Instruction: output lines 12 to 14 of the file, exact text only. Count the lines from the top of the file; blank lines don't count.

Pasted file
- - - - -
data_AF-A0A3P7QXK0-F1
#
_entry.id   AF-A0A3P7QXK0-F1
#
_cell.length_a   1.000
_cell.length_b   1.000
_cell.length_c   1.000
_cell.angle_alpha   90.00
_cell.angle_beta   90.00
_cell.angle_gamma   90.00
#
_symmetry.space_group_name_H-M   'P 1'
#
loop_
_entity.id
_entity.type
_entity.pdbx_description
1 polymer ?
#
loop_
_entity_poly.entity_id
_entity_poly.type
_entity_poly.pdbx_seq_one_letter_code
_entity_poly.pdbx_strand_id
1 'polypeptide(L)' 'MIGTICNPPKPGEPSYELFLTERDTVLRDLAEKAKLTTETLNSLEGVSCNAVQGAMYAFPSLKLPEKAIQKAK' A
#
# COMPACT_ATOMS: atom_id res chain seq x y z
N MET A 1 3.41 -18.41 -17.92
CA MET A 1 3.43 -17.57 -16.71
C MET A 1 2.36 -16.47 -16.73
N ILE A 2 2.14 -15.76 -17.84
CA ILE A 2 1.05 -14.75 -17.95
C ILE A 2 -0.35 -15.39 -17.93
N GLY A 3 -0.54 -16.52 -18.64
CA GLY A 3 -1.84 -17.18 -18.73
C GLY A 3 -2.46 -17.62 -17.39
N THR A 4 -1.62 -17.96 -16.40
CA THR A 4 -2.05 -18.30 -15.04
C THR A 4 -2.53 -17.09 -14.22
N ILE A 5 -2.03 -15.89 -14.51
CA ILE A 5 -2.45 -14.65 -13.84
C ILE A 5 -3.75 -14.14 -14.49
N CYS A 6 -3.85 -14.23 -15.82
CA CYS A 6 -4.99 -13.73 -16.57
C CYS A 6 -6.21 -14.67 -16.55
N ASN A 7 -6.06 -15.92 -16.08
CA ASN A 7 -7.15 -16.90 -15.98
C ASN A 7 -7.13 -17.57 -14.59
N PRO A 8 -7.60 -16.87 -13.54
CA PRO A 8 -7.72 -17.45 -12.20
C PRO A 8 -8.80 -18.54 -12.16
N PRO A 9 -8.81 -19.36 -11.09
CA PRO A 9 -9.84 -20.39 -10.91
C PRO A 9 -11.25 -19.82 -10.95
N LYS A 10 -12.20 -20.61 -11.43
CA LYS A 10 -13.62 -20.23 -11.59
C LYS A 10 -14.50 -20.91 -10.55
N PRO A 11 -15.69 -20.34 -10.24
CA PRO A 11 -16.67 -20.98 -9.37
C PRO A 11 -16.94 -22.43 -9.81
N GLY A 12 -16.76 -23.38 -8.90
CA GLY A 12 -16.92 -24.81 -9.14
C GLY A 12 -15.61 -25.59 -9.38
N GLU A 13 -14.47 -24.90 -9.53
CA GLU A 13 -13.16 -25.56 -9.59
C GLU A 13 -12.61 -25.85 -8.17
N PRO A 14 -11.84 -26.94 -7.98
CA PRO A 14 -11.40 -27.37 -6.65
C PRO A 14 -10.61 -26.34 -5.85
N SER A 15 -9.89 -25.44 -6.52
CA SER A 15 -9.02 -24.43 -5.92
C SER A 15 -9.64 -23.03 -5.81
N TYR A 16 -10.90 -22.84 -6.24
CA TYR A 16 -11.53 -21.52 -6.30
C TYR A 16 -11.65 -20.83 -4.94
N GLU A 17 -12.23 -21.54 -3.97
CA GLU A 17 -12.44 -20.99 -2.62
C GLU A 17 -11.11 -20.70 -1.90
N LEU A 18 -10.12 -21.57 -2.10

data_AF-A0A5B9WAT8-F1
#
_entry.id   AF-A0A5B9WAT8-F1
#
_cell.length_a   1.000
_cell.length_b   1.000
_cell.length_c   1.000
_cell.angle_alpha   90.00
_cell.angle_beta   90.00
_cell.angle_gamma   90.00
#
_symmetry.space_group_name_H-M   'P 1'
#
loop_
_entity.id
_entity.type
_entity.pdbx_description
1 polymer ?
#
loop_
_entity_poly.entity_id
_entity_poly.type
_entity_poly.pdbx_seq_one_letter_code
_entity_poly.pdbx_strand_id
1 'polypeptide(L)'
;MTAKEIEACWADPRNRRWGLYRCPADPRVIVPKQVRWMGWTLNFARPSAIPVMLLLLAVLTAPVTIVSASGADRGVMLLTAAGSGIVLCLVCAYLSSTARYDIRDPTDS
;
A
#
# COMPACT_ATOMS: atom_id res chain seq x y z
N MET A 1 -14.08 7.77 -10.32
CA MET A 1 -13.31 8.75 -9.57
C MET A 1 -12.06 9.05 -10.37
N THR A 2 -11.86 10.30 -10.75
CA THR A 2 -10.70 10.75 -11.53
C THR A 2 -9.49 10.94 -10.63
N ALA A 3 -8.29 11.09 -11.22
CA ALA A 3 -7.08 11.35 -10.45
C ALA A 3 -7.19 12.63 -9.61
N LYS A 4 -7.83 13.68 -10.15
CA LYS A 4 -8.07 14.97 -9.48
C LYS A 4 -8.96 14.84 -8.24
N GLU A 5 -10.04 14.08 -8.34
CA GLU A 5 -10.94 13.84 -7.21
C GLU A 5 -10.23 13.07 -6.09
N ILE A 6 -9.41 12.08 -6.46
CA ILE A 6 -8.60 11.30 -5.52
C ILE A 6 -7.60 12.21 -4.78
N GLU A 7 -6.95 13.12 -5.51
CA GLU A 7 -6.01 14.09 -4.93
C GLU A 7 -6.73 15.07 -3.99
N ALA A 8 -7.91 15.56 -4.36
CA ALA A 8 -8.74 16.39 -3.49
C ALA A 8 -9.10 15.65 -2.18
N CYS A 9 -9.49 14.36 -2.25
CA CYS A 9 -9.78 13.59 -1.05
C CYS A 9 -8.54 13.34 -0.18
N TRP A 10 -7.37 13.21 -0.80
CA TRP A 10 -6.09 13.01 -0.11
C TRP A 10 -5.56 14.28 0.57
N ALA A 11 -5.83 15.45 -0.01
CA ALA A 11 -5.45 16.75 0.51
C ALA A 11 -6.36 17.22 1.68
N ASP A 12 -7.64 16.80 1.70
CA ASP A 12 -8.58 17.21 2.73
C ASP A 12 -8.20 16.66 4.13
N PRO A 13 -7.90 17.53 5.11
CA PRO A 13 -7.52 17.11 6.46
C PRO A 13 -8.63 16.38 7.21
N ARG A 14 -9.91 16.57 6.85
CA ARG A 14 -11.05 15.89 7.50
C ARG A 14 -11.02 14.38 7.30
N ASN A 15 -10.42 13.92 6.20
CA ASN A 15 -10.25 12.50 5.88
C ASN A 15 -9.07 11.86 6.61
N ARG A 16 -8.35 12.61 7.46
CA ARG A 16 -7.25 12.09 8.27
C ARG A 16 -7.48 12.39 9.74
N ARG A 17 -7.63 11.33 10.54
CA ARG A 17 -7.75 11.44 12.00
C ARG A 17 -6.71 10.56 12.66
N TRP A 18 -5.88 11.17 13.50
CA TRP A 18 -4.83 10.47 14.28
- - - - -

_symmetry.space_group_name_H-M   'P 1'
#
loop_